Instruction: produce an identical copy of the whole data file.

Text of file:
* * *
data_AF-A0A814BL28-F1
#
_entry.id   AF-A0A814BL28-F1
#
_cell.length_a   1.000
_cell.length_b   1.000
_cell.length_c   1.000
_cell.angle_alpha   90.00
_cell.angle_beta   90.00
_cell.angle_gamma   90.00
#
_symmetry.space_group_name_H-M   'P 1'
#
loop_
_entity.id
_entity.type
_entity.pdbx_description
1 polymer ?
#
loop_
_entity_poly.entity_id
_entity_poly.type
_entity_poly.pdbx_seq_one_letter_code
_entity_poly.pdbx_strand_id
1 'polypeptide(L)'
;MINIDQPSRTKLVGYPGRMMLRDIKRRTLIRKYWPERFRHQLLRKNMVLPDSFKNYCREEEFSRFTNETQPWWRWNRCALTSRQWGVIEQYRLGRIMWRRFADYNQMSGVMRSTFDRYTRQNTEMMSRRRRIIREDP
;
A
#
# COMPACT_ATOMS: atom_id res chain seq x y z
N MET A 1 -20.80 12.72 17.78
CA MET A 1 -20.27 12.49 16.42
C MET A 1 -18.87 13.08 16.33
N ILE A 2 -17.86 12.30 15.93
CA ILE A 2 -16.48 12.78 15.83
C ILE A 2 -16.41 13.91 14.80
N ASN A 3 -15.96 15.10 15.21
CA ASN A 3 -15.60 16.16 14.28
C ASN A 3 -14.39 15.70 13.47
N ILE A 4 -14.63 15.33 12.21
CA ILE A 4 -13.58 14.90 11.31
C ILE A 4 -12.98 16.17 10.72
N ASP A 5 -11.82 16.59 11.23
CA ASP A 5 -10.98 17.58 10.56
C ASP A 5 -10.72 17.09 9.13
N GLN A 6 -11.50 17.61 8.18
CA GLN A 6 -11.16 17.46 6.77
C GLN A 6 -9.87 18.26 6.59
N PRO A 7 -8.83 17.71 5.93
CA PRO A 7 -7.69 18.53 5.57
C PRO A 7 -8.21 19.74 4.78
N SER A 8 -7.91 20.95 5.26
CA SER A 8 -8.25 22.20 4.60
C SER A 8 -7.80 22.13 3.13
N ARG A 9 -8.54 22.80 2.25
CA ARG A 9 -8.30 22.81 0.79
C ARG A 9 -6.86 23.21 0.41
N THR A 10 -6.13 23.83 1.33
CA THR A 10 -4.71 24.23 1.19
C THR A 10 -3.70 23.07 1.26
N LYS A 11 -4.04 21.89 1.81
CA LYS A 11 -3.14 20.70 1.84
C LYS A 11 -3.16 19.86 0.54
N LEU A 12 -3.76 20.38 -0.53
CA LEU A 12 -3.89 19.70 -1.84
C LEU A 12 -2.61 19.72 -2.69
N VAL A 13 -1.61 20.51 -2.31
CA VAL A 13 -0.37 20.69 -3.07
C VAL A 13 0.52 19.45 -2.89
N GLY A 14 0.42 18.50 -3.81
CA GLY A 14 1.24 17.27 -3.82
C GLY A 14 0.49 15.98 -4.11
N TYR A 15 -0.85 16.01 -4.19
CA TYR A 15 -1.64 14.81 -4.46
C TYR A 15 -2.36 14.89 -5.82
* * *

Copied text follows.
data_AF-A0A814BL28-F1
#
_entry.id   AF-A0A814BL28-F1
#
_cell.length_a   1.000
_cell.length_b   1.000
_cell.length_c   1.000
_cell.angle_alpha   90.00
_cell.angle_beta   90.00
_cell.angle_gamma   90.00
#
_symmetry.space_group_name_H-M   'P 1'
#
loop_
_entity.id
_entity.type
_entity.pdbx_description
1 polymer ?
#
loop_
_entity_poly.entity_id
_entity_poly.type
_entity_poly.pdbx_seq_one_letter_code
_entity_poly.pdbx_strand_id
1 'polypeptide(L)'
;MINIDQPSRTKLVGYPGRMMLRDIKRRTLIRKYWPERFRHQLLRKNMVLPDSFKNYCREEEFSRFTNETQPWWRWNRCALTSRQWGVIEQYRLGRIMWRRFADYNQMSGVMRSTFDRYTRQNTEMMSRRRRIIREDP
;
A
#
# COMPACT_ATOMS: atom_id res chain seq x y z
N MET A 1 -20.80 12.72 17.78
CA MET A 1 -20.27 12.49 16.42
C MET A 1 -18.87 13.08 16.33
N ILE A 2 -17.86 12.30 15.93
CA ILE A 2 -16.48 12.78 15.83
C ILE A 2 -16.41 13.91 14.80
N ASN A 3 -15.96 15.10 15.21
CA ASN A 3 -15.60 16.16 14.28
C ASN A 3 -14.39 15.70 13.47
N ILE A 4 -14.63 15.33 12.21
CA ILE A 4 -13.58 14.90 11.31
C ILE A 4 -12.98 16.17 10.72
N ASP A 5 -11.82 16.59 11.23
CA ASP A 5 -10.98 17.58 10.56
C ASP A 5 -10.72 17.09 9.13
N GLN A 6 -11.50 17.61 8.18
CA GLN A 6 -11.16 17.46 6.77
C GLN A 6 -9.87 18.26 6.59
N PRO A 7 -8.83 17.71 5.93
CA PRO A 7 -7.69 18.53 5.57
C PRO A 7 -8.21 19.74 4.78
N SER A 8 -7.91 20.95 5.26
CA SER A 8 -8.25 22.20 4.60
C SER A 8 -7.80 22.13 3.13
N ARG A 9 -8.54 22.80 2.25
CA ARG A 9 -8.30 22.81 0.79
C ARG A 9 -6.86 23.21 0.41
N THR A 10 -6.13 23.83 1.33
CA THR A 10 -4.71 24.23 1.19
C THR A 10 -3.70 23.07 1.26
N LYS A 11 -4.04 21.89 1.81
CA LYS A 11 -3.14 20.70 1.84
C LYS A 11 -3.16 19.86 0.54
N LEU A 12 -3.76 20.38 -0.53
CA LEU A 12 -3.89 19.70 -1.84
C LEU A 12 -2.61 19.72 -2.69
N VAL A 13 -1.61 20.51 -2.31
CA VAL A 13 -0.37 20.69 -3.07
C VAL A 13 0.52 19.45 -2.89
N GLY A 14 0.42 18.50 -3.81
CA GLY A 14 1.24 17.27 -3.82
C GLY A 14 0.49 15.98 -4.11
N TYR A 15 -0.85 16.01 -4.19
CA TYR A 15 -1.64 14.81 -4.46
C TYR A 15 -2.36 14.89 -5.82